The opinions expressed here are not the only possible explanations for the material which we are about to examine. These views do not necessarily reflect the views or opinions of UFO Resource Center, its staff or affiliates. This material is published here as just one possible expression of history that explains an area in historty that is rather fuzzy, as most of the records available at this time are questionable at best.
Subj: Re: [paranormalnews] The Origins of Christmas Date: 11/7/00 8:11:22 AM Pacific Daylight Time From: email@example.com ( L.G. Sikes) Reply-to: firstname.lastname@example.org (Paranormal News) To: email@example.com (Paranormal News) Paranormal News - http://www.paranormalnews.com Christmas was the Germanic Celebration of the Winter Solstice, combined with the Celtic Celebration of same and Catholicism could not prevent these Pagan Celebrations so they simply changed the name of same to Christ's Mass, ie., Christmas. I thought everyone knew this!! Babylon has nothing to do with Christmas, and it was not a city founded by Cain's Progeny, but the Jewish religion now has incorporated the religious tenants of Babylon into its practice. Blessed be. Tao. ----- Original Message ----- From: Paranormal News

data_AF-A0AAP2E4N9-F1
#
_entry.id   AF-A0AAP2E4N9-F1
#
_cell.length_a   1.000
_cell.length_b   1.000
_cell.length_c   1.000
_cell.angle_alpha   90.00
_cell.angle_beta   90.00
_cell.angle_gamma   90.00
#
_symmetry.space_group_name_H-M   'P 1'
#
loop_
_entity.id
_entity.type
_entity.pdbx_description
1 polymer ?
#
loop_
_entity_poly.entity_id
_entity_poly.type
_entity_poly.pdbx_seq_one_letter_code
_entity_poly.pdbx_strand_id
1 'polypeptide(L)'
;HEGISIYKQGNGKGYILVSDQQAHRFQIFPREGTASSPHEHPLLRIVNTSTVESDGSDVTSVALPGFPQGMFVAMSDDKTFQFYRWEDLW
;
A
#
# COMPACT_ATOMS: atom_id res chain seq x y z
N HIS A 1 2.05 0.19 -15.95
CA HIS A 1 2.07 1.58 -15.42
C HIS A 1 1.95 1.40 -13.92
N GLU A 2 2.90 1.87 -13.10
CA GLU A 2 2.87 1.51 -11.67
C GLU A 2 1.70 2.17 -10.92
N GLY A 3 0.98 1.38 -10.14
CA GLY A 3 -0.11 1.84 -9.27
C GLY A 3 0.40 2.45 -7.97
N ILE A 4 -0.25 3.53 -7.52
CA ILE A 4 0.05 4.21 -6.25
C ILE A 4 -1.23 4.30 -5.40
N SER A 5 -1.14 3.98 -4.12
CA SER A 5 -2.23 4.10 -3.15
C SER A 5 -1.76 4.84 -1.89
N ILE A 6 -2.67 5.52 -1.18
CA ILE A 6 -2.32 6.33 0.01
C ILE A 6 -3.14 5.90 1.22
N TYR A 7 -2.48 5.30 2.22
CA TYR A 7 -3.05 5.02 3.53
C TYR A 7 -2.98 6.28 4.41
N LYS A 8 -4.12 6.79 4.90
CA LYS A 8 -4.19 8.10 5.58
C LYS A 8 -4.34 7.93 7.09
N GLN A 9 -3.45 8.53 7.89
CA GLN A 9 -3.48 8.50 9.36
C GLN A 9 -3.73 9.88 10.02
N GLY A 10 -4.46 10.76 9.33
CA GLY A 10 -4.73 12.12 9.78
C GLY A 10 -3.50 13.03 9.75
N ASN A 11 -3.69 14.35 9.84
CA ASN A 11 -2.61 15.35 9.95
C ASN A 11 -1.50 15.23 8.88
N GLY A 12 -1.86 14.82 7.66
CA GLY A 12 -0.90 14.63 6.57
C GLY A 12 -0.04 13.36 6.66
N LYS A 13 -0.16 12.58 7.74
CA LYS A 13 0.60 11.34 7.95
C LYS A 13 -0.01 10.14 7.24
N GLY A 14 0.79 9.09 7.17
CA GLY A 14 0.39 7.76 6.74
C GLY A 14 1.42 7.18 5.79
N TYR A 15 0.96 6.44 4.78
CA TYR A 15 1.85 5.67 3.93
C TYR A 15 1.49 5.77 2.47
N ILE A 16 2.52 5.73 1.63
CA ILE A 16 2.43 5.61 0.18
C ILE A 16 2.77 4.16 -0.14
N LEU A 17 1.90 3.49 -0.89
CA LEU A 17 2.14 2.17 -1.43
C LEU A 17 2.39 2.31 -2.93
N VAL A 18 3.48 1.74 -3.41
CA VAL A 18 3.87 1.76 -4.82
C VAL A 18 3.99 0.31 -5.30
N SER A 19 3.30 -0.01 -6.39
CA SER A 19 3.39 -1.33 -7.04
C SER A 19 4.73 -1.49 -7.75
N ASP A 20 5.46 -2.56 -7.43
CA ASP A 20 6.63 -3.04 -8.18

To: Paranormal News Sent: Thursday, November 02, 2000 4:22 PM Subject: [paranormalnews] The Origins of Christmas > Paranormal News - http://www.paranormalnews.com > > Everyone celebrates Christmas these days, even people who have no > religious upbringing. They consider it a national holiday dedicated to the > giving and receiving of gifts, as well as a day dedicated to mass > commercialism. If you think the frenzy surrounding the Playstation2 was > big, consider what it would have been like if it had taken place just a > few days before Christmas. Ouch. But given the fact that everyone seems to > celebrate the day, what does it actually represent? Christians believe it > represents the day that Christ was born, even if many know that he wasn't > actually born at that moment. But what has December 25th meant in the > past? Why celebrate it with a Christmas tree? And why the lights, the > decorations? > > I don't know how many of you have heard of this before, but the origin of > Christmas really gets interesting if you search the internet and find > articles written by unknown pastors that no one has heard of before, > pastors that are either determined to prove that Catholicism is the source > of all evil, or pastors that are determined to undermine every religious > aspect of modern day life as sinful and condemnatory. You cannot separate > Christmas from religion-and why should you? It's too much fun that way. > For example... > > December 25th > > Going way back to some of the earliest accounts, one tradition coming from > Babylon sets aside December 25th as a day to celebrate the "Victory of the > Sun-God," which I personally find interesting, considering that the Sun > also is a representation of the antichrist. Throughout the Old Testament, > Satan is referred to as "The bright and morning star" a.k.a. the Sun, so > it is extremely ironic that the day we use to celebrate Christ's birth is > the same day representing the Victory of the sun. Long live Satan! > > Nimrod, the founder of Babylon and descendant of Cain, also celebrated his > birthday as well as his son's birthday on December 25th. He is known as > the main instigator and creator of the famous Tower of Babel-the prime > representation of the evil intentions of mankind to set himself above God. > Tales have been spun stating that Nimrod wanted to replace the worship of > God with the worship of himself, and did so by setting up customs that > appear on the surface to be godly, but underneath merely represented the > worship of Nimrod. As a result, Nimrod has been considered the Supreme > antichrist within the New Testament-yet we continue to-possibly--celebrate > his birthday year in and year out on December 25th. > > If that isn't enough, Nimrod also had a wife named in some languages as > Ishtar. When Nimrod died, she was afraid of losing her power, so as a > result, she decided to lie and say that Nimrod was reincarnated as his own > son. To commemorate THAT event, she instigated the coloring of eggs-a > representation of fertility and rebirth. We fortunately celebrate that day > as well: Ishtar/Easter! Long live Nimrod! > > But wait! There's more... > > Santa Claus > > Now, I may be ignorant on this point, but you've probably heard of Santa > Claus (a.k.a. Saint Nicholas). A big fat stomach, a long beard, and riding > a sleigh with his reindeer. So what, right? What does he have to do with > anything? Well, I don't mean to burst your bubble but these wild and crazy > scholars have found depictions of a Babylonian ruler--known as Nimrod > (have I heard of that before?) --sporting a long beard and carrying a > reindeer and a Christmas tree. I'm telling you, boys and girls, this is > too good to be true, but here's your first glimpse of the original Santa > Claus: > > > > http://www.paranormalnews.com/pncimages/nimrod.gif > > > Holy batmobiles! Hmmm...could it be..Satan? > > But wait, church lady! There's more... > > The Christmas Tree > > "Silver and gold...silver and gold..." > > Scholarly research on the origin of Christmas also points out an unusual > German ritual surrounding the fir tree. In 1605, a letter was written by > an unknown scholar recounting the tradition of placing fir trees in the > parlors of Strasbourg and decorating them with roses, apples, wafers, > sweets, dolls, and colored paper. The point of doing so was confusing to > the scholar and he had no idea why the tradition took place. It is > possible, however, that it comes from the following: within German > paganism, people believed that their gods could transform themselves into > fir trees. When German battles commenced, soldiers prayed to their gods > and stated that they would bring back the spoils of war and dedicate > everything they claimed on the battlefield to their gods. Thus, it was > often the case that soldiers would bring back the bodies of those they had > killed and hang their heads on fir trees and lay the bodies beneath-thus > offering up to their gods the "spoils of war." So next time you're hanging > up ornaments, remember the bodies go BELOW the tree and the heads go ON > the tree. > > But what about the Paranormal? > > Yes, what DOES this have to do with the paranormal? One word: Nimrod. > Known as a mighty man, a nephalim, a giant. In the picture he is sporting > wings. If this doesn't ring a bell, you need to do some more reading. Is > he an angel, a demon...or possibly--an alien? Do some research and get > back to me. In the meantime.. > > Merry Christmas! (albeit an early one...but what the hell, it's just > Nimrod) > > Jeff Behnke > > > ______________________________________________________________________ > To unsubscribe, write to firstname.lastname@example.org > > Start Your Own FREE Email List at http://www.listbot.com/links/joinlb >